Move along, people – nothing to see here.

You didn’t know that Mellon’s Orchestra Forum had a newsblog? That’s
probably because they didn’t until a few days ago. The very first post was about the
Flanagan Report. I guess Mellon didn’t know that it was going to be
released either – which would be odd, considering that they paid for it.

What did Mellon’s Elephant Task Force think of the report that they commissioned?

… there is a quantitatively small but statistically significant trend improvement in the overall financial balance of the average orchestra in the sample. Flanagan calls this a "gentle trend towards surplus," but cautions that this trend may be overwhelmed by small adverse cyclical effects…

Out of the sense of urgency to assist orchestras in addressing financial deficits, the ETF’s work grew to a focused consideration of how their orchestras might envision themselves in the future.  What began as a response to fiscal exigency-coping with financial deficits-evolved over five years to a call for orchestras to create for themselves both a vision of a sustainable artistic endeavor and the innovations necessary to achieve that vision.

Today, the ETF stands for the proposition that orchestras should re-examine devoting huge energies to short-term coping strategies to address weak bottom lines. The ETF has concluded that coping mechanisms such as unsustainable draws from endowments, underfunding pension obligations and reopening contracts to seek concessions, are recipes for failure.  Rather, orchestras are best advised, after carefully weighing costs and benefits, to engage in risk-taking experimentation to find innovative ways of addressing the inevitable challenges embedded in a changing environment.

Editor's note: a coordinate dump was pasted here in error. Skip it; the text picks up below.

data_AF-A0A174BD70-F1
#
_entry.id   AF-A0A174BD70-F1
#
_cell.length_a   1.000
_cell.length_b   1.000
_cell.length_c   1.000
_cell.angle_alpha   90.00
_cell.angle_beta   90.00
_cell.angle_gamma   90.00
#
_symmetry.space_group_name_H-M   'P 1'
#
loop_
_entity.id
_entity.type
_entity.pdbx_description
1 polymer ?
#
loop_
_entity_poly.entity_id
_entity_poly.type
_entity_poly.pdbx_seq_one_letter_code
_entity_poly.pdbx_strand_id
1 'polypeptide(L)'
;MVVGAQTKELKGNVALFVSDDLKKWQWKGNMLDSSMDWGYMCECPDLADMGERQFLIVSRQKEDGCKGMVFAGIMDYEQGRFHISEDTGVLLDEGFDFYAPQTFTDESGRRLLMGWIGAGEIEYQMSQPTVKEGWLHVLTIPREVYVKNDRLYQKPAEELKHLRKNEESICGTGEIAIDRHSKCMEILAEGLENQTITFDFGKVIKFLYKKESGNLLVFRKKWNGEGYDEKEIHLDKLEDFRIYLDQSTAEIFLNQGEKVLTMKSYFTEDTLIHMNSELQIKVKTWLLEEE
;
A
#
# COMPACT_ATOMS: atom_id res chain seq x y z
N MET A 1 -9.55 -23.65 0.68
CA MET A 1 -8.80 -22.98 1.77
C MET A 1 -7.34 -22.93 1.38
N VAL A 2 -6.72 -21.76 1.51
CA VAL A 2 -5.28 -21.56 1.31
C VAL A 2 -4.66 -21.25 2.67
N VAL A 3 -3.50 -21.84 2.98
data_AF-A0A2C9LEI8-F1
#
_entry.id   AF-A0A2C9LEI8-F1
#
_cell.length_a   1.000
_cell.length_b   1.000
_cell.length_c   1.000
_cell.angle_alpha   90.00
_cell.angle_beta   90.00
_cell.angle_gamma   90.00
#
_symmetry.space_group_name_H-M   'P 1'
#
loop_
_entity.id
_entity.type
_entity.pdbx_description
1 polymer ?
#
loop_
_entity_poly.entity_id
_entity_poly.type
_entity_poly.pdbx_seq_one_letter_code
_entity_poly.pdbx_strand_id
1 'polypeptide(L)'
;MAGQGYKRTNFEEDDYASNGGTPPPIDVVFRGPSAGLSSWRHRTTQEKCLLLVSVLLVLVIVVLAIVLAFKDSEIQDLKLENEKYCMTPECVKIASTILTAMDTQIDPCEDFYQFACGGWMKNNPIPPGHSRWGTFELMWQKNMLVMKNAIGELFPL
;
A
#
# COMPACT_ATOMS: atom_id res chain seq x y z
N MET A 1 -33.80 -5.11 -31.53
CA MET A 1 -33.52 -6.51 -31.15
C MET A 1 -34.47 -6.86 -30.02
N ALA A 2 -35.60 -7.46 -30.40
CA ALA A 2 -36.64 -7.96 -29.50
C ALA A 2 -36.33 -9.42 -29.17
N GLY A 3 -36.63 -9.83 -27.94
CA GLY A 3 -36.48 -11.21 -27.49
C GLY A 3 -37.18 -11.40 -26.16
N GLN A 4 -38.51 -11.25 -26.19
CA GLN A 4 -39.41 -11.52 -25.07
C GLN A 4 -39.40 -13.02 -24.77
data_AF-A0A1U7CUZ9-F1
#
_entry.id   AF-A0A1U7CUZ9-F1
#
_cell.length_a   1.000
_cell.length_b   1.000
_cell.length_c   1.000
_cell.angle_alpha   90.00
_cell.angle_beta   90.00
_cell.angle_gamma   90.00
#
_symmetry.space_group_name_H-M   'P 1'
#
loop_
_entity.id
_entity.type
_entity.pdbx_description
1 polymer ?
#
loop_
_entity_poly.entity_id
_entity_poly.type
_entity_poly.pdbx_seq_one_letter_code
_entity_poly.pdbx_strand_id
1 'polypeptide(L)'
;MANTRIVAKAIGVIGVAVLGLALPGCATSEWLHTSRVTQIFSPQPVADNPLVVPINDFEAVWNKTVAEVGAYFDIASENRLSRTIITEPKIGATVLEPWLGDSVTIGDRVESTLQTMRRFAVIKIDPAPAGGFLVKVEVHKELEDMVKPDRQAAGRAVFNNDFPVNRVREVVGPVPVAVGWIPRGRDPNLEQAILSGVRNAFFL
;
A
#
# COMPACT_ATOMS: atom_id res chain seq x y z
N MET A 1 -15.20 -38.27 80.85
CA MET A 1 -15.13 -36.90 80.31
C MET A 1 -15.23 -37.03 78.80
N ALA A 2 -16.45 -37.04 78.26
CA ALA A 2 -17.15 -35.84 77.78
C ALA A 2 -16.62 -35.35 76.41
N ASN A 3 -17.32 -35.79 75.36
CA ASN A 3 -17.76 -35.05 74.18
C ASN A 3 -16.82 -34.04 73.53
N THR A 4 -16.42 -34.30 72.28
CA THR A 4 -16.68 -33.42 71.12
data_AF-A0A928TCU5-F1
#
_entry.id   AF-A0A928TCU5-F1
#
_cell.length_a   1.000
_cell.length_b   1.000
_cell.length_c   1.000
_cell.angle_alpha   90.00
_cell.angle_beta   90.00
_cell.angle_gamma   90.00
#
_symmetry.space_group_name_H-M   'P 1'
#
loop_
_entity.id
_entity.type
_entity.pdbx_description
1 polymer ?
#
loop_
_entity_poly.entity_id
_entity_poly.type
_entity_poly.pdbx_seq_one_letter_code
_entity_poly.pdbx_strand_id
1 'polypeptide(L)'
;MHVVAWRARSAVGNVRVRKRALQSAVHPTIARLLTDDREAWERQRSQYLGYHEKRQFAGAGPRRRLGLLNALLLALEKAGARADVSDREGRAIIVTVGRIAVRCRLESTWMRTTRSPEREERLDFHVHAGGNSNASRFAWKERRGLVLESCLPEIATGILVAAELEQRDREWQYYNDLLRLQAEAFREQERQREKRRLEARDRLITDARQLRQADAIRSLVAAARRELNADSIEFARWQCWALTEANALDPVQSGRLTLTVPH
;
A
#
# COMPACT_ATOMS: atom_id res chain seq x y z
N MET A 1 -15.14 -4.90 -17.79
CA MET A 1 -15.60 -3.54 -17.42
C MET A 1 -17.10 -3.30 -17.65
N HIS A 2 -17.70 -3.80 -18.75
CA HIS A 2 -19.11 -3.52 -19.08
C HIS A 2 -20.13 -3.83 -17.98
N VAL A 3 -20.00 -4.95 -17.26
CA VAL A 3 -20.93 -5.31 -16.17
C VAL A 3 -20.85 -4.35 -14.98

The ETF hopes that people who care about the future of their orchestras will undertake the self-examination of their individual orchestra’s circumstances, and use the ETF’s work, which will be shared with the full Forum in May 2008, as stimulation for vigorous, cross-constituency internal debate, on their own terms, about the appropriate choices for their orchestra.

Short version: the financial condition of orchestras is not deteriorating industry-wide, and the response to short-term problems in individual orchestras should be innovation, experimentation, and imagination rather than simply cutting costs or raiding endowments.

That’s a little different than Flanagan’s own take on his report:

"The industry should realize that there is an inherent long-term economic challenge," said Robert J. Flanagan…Although recessions exacerbate their woes, Flanagan said many symphonies have financial troubles even in good times. Attendance has been declining for most types of concerts, and orchestras may not be adequately scrutinizing the returns to their expenditures on marketing and fundraising, said Flanagan… many symphonies have a bias towards revenue growth strategies and a bias against cost-cutting strategies," Flanagan said, adding that nonprofit board members often shy away from conflict. "It’s not clear that they’re willing to be as tough minded about costs as directors in the private sector."

I think the elephants won this round, at least on substance.

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